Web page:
You love your family members equally, but you have no illusions about some of their weaknesses. Some may be in the grips of a substance abuse disorder or married to partners who have absolute control of the marital finances.
Others may just be bad at managing their money. It’s a skill that can be learned, but not all innately grasp how to budget and live within their means.
Will a large inheritance prove their undoing?
It doesn’t have to (although it could). Fortunately, you can fund a spendthrift trust as part of your estate planning process.
How does such a trust work?
Spendthrift trusts are tools to be used when the trust grantor (you) doesn’t want to leave a beneficiary with unfettered access to the principal of the trust. The terms of the trust are completely within your control during your lifetime. When you pass away, a trustee whom you appoint will manage the trust according to your instructions.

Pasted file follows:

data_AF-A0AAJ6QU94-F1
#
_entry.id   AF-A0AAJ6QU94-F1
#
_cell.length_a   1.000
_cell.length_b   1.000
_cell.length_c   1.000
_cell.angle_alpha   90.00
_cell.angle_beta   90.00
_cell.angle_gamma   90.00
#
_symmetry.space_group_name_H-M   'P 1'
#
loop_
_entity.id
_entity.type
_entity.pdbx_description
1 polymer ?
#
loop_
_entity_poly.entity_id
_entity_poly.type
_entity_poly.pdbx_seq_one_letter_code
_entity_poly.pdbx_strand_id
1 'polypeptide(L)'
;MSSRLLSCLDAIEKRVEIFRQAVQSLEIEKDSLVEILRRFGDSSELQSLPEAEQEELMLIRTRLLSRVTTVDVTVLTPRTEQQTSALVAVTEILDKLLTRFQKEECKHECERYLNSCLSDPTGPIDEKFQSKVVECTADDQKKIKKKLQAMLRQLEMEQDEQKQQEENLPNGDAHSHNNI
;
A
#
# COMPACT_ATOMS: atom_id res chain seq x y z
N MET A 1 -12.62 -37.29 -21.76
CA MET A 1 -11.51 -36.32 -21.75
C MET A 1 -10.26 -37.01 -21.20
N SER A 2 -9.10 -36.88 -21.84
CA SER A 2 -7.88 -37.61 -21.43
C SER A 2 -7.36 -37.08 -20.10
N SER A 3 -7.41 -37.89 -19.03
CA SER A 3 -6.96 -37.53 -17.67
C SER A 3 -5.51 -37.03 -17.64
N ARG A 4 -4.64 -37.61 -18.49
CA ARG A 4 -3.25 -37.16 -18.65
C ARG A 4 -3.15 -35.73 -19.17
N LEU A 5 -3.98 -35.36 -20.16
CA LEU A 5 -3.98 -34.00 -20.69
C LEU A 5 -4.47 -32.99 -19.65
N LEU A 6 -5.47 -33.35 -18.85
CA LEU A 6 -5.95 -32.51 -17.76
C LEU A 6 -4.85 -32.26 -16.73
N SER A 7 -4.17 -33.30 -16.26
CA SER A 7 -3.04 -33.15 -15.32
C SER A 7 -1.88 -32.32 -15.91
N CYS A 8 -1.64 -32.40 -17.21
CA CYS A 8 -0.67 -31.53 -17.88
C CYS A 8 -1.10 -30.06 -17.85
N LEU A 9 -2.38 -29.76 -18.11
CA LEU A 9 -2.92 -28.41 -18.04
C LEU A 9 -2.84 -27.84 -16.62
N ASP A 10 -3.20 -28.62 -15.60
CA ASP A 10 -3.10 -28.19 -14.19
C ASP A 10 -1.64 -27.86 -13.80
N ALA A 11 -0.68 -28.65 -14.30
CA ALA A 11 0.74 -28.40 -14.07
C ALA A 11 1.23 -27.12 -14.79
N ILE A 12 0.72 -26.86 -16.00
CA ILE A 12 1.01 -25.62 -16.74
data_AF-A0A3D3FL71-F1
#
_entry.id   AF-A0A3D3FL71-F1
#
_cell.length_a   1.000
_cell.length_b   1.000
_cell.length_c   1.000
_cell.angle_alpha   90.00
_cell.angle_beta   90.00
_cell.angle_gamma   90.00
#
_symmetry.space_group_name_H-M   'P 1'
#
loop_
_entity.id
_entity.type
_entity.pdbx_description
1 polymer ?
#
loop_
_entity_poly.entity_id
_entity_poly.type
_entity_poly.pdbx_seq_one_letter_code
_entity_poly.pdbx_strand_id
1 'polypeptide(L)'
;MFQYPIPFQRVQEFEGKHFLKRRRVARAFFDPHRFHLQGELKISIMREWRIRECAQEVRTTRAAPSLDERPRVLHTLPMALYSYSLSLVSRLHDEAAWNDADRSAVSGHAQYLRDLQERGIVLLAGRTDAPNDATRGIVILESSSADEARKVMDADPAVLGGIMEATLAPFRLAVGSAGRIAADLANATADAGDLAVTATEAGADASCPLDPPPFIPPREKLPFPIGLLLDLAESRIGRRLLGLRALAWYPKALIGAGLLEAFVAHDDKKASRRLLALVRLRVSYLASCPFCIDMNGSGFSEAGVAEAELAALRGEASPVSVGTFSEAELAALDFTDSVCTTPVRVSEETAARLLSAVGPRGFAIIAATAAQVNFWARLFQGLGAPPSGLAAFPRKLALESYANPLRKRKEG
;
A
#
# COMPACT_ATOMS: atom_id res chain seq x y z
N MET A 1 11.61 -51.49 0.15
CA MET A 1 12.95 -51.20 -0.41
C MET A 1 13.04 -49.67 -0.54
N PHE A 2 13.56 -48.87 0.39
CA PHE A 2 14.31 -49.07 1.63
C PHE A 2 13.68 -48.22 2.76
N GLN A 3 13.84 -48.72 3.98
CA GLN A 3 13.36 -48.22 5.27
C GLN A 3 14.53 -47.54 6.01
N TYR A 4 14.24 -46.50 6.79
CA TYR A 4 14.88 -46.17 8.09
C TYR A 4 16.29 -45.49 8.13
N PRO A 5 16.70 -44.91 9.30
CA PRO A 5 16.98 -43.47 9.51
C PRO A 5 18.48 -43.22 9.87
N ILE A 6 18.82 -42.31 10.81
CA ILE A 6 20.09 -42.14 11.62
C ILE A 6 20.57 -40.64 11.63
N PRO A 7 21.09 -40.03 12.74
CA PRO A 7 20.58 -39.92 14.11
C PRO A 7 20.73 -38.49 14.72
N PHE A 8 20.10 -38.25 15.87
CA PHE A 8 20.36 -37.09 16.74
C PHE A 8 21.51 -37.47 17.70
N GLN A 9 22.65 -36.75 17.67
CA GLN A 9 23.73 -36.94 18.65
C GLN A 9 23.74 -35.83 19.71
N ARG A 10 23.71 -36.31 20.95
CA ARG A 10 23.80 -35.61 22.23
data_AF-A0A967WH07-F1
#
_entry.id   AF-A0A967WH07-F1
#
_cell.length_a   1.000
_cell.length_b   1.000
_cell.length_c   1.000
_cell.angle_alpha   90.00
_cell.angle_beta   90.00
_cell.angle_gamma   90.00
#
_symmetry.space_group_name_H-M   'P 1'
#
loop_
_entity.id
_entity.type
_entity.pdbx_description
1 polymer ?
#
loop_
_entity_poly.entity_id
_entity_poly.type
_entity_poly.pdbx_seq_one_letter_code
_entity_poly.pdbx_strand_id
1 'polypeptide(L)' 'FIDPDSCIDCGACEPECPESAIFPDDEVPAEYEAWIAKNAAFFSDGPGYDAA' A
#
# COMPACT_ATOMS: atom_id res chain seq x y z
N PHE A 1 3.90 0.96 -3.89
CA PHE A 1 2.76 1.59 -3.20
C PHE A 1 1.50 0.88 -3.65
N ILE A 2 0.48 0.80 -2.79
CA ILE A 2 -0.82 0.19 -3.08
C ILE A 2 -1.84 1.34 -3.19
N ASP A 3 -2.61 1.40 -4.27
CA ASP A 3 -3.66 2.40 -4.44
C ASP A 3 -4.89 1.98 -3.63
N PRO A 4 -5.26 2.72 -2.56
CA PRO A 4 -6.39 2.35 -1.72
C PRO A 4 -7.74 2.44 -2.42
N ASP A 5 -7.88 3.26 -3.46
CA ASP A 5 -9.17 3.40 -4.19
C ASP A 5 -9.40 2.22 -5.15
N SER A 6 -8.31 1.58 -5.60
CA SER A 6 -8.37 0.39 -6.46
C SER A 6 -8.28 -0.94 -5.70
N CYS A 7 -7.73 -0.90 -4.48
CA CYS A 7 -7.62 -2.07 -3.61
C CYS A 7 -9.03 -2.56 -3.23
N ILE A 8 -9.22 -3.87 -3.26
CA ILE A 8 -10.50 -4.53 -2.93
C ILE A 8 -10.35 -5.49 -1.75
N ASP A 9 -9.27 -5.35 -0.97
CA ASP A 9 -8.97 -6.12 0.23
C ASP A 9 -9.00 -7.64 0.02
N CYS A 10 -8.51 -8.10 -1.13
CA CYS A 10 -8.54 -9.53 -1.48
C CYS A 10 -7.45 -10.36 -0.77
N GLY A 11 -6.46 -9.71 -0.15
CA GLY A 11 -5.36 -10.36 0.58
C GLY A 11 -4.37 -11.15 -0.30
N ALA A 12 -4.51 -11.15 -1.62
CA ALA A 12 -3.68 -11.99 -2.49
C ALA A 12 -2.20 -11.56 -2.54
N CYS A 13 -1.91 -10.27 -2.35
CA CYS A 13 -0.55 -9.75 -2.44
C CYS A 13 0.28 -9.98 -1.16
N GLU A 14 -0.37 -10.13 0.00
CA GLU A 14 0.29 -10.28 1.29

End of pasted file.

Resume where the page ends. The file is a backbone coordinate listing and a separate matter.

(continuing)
Who will be the trustee?
It’s generally not a good idea to name a sibling, parent or other relative as trustee over the funds of another. These arrangements may foment bad blood between relatives who formerly enjoyed congenial relationships with each other. You don’t want to leave that as part of your legacy.
Attorneys and financial advisers can serve as trustees. They act with professionalism and follow your instructions to the letter.
Spendthrift trusts are not for everybody
Many beneficiaries have no need for spendthrift trusts because they have sufficient income to get by and will not bleed the trust dry. Since they can be perceived as a form of “dead-hand control” by you from beyond the grave, you should never feel compelled to fund a spendthrift trust for all because you needed to do so for one or more beneficiaries.
Because each state has its own laws, it is important to be aware of those regarding trusts here in Washington when you commence your estate planning.